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Novato began as Rancho de Novato, a Spanish land grant given in 1839 to Fernando Feliz, but its roots are far deeper. Olompali State Historical Park just north of the city is where a panorama of history unfolds in a single afternoon. It’s named for a key Miwok settlement, the location of the only battle of the Bear Flag Revolt leading to California’s statehood, the setting for Marin’s first formal garden, and a hippie commune in the 1960s.

In recent history, Novato’s latest additions include Fireman’s Fund headquarters, the county’s largest employer; the huge Vintage Oaks shopping mall; Hamilton Field, where a residential and retail complex was recently completed; and the Buck Center Research in Aging.

What To See

Olompali State Historical Park, where Miwok Indians traded in 500 A.D. and the Grateful Dead got back to nature in the 60s, has great hiking trails and is a few miles north on U.S. 101. There is a 139-acre park just west of the city with a nature trail, softball, volleyball and fishing (on the park’s Stafford Lake). And, with a population of 49,000, Novato has a wealth of restaurants, stores and services available.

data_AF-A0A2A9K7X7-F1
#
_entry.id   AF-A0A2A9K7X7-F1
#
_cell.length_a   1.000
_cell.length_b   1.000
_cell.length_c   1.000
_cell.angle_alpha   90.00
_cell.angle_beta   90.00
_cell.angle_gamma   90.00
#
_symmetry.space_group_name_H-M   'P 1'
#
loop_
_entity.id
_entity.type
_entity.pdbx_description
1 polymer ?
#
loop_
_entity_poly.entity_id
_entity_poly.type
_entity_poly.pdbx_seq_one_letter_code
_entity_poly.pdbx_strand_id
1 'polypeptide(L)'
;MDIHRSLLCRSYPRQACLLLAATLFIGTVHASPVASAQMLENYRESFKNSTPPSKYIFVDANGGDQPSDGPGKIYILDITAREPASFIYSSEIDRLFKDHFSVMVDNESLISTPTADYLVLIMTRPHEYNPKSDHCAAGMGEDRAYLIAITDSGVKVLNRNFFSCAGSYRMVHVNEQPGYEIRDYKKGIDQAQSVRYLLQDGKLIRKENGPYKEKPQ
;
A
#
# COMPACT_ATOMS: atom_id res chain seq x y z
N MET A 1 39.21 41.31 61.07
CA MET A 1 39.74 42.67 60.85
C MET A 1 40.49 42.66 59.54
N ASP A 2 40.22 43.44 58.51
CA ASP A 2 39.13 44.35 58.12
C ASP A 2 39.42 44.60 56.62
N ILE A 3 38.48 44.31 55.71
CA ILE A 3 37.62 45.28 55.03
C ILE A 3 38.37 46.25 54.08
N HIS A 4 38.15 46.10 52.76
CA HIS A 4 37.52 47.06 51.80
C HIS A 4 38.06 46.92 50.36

Novato is in the county’s northern region. It’s also the hottest area. Its yearly average temperature is 58 degrees, and its average temperature range is between 46 and 67 degrees. July through August are the hottest months, with an average high of 78 degrees, but it occasionally reaches into the 90s. It has an average humidity of 60 percent and gets about 26.3 inches of rainfall per year, usually between November and April.


Wide variety depending on area. Many newer subdivisions, with some near Hamilton Field as well as Ignacio Boulevard, near the Marin Country Club.


Novato schools perform well on state and national tests, but not as high as some of their southern Marin neighbors. Many campuses have been recently renovated. An Indian Valley Campus of the College of Marin is located on Ignacio Boulevard

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